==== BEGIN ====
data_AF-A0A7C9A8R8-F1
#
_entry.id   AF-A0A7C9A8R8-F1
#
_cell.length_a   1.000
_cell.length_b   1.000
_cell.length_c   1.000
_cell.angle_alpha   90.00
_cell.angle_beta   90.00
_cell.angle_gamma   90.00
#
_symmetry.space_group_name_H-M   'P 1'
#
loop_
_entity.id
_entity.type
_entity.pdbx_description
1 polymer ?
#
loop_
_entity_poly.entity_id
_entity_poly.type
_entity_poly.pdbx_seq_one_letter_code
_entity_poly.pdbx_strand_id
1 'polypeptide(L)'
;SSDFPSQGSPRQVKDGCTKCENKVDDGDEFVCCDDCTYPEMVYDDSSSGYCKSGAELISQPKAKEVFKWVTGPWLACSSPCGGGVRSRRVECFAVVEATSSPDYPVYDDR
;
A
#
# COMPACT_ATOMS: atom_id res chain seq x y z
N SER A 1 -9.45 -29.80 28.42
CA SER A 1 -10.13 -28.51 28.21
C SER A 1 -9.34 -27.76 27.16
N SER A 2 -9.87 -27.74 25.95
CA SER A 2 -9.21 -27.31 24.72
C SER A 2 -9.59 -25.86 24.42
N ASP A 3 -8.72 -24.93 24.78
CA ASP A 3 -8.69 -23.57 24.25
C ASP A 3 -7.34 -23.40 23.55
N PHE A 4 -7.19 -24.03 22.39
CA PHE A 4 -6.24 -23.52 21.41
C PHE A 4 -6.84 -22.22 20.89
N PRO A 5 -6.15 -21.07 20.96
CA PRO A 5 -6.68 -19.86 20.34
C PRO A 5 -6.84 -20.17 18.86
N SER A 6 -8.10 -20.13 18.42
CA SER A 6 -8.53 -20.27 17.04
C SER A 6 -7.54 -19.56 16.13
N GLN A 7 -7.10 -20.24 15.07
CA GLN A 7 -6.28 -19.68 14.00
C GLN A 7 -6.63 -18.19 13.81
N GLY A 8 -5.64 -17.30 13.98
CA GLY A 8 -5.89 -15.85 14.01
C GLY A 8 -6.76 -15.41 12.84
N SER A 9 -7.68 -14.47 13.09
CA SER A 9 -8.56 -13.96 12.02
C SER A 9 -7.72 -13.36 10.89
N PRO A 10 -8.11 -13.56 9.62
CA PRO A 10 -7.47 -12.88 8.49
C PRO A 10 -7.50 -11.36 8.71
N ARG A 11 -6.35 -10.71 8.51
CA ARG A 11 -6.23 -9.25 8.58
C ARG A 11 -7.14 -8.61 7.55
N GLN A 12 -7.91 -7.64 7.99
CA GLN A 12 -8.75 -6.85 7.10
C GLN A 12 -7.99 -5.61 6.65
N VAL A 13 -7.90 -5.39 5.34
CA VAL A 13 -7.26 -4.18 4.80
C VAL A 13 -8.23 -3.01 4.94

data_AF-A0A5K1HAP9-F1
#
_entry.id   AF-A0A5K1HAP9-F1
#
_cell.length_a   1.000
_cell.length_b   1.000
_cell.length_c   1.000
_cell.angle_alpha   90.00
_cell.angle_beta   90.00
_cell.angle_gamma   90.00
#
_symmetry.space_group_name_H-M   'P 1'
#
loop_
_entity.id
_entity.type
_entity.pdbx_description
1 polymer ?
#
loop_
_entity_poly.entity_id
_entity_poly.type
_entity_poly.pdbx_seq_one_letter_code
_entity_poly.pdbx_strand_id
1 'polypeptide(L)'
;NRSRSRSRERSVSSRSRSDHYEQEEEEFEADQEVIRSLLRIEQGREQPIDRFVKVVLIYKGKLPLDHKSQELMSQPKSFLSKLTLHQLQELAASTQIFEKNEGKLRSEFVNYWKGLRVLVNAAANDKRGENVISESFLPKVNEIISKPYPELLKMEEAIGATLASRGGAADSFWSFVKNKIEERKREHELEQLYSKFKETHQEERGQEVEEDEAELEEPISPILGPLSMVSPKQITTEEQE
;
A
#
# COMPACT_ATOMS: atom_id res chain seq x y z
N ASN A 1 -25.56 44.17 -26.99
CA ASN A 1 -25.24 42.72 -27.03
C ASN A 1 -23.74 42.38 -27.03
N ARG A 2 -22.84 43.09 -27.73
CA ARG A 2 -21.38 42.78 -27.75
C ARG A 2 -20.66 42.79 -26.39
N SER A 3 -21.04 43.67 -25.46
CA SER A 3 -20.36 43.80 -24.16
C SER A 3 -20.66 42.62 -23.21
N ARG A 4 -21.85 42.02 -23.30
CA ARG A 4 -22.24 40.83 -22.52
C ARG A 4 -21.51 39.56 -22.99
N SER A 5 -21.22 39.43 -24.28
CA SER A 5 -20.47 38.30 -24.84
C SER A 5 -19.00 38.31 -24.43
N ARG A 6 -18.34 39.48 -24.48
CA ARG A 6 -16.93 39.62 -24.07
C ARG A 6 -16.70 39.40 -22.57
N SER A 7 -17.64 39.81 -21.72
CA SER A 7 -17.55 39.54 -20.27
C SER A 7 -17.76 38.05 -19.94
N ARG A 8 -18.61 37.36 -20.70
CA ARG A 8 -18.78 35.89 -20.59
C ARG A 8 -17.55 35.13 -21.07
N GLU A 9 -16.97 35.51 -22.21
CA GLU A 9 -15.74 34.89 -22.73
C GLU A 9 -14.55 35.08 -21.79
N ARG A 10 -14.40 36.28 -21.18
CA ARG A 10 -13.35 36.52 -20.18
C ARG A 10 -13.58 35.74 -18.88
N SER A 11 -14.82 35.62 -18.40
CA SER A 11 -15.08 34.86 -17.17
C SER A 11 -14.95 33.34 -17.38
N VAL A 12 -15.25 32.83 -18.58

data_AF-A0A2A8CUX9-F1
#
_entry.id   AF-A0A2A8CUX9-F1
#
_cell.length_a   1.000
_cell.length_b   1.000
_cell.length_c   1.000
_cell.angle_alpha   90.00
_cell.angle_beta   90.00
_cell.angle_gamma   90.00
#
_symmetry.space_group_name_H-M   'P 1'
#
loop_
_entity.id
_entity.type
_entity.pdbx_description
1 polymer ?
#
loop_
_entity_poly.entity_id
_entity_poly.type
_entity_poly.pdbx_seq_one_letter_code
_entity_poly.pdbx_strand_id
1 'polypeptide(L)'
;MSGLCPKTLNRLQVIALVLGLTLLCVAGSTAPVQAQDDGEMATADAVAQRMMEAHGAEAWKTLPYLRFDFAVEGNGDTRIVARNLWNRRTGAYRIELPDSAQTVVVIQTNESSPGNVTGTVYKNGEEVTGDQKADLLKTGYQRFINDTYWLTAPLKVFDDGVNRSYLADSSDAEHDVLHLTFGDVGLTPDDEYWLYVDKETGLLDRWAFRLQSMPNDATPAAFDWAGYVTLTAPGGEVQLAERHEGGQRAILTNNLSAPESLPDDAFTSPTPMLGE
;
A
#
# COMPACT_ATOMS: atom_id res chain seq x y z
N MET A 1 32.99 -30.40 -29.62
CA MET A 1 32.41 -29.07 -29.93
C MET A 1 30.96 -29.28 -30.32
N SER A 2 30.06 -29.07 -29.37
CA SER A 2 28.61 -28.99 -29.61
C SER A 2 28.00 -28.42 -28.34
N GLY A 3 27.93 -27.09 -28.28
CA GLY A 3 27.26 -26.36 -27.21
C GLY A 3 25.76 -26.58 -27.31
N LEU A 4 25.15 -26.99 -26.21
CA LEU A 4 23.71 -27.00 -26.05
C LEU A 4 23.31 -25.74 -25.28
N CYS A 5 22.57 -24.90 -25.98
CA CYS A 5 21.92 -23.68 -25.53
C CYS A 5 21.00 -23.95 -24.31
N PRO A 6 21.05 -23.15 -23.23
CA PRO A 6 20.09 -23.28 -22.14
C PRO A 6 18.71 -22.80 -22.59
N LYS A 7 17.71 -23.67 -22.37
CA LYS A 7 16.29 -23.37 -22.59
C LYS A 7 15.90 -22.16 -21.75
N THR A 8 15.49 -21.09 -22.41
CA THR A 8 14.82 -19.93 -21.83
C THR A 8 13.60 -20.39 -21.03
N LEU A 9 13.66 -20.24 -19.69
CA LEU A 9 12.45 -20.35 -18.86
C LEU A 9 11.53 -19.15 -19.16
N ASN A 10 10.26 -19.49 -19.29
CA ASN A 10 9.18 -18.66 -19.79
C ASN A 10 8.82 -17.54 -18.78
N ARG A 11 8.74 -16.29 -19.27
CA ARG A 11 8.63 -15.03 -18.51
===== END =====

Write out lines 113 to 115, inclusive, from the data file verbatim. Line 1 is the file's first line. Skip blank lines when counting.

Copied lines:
CA SER A 5 -20.47 38.30 -24.84
C SER A 5 -19.00 38.31 -24.43
N ARG A 6 -18.34 39.48 -24.48